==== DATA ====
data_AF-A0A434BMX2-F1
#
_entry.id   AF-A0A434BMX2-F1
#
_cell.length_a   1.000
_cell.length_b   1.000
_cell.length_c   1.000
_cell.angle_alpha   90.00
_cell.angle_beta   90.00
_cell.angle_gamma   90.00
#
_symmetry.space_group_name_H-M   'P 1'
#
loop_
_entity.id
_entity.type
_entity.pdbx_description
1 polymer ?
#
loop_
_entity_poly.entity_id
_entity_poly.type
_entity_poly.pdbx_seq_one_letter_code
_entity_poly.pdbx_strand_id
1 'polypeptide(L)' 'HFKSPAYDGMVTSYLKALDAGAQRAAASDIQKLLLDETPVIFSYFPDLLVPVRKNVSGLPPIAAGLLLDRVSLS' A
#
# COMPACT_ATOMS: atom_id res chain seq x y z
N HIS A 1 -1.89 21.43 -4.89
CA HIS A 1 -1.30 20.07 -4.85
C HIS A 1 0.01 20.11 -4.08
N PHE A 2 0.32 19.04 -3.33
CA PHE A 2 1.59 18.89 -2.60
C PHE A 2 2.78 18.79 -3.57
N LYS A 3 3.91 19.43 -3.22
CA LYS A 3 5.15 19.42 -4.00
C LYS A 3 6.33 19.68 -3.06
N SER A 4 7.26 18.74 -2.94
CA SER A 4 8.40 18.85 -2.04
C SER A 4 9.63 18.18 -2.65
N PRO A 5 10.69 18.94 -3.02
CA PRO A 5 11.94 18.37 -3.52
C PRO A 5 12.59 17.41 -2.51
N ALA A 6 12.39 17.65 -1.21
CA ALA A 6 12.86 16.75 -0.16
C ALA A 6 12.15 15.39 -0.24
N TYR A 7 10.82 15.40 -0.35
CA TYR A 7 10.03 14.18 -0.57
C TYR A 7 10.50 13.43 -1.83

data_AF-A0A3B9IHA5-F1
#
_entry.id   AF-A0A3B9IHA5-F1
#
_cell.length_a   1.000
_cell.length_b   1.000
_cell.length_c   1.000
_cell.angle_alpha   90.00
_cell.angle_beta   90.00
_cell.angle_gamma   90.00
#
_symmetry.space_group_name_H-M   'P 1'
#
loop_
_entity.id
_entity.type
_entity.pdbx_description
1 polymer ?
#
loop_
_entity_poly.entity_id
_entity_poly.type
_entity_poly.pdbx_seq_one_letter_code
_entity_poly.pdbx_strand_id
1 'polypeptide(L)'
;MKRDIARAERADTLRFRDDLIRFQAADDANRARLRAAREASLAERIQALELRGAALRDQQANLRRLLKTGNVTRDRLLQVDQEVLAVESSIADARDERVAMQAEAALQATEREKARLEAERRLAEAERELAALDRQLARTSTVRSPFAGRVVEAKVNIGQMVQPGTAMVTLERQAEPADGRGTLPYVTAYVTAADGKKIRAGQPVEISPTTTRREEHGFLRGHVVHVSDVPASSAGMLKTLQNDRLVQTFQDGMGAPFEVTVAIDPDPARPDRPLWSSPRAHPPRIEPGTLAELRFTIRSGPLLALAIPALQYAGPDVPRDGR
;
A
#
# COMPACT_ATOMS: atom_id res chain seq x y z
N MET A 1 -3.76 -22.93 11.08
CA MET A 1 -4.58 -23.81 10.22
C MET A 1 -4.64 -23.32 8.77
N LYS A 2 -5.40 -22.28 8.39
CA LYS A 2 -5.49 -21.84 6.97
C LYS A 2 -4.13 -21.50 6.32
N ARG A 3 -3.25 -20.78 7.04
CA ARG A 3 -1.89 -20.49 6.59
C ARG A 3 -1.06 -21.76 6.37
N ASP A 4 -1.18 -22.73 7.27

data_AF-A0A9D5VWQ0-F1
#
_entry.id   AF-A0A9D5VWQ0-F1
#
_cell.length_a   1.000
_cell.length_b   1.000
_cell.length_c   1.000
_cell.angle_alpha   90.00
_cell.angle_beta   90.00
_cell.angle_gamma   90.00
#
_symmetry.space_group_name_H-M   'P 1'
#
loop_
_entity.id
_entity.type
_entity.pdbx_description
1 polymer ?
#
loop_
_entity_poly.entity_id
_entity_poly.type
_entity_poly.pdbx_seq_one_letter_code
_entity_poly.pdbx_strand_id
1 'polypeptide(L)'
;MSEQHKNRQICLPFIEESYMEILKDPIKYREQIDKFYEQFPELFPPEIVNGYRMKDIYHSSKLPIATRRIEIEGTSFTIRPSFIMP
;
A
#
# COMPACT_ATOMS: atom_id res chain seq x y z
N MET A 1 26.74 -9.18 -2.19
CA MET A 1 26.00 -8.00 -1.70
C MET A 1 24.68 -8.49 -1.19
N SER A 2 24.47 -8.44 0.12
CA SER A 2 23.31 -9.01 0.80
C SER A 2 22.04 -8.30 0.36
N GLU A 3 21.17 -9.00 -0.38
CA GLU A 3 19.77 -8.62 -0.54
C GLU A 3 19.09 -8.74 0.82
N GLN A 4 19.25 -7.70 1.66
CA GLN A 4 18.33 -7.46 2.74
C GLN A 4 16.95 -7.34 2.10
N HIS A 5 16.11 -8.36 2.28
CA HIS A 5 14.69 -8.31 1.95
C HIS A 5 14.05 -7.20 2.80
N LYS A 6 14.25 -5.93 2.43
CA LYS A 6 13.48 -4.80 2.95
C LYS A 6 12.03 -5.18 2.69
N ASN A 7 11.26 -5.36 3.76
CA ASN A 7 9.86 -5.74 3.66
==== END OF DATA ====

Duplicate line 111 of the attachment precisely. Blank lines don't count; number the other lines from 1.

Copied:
_entity_poly.pdbx_seq_one_letter_code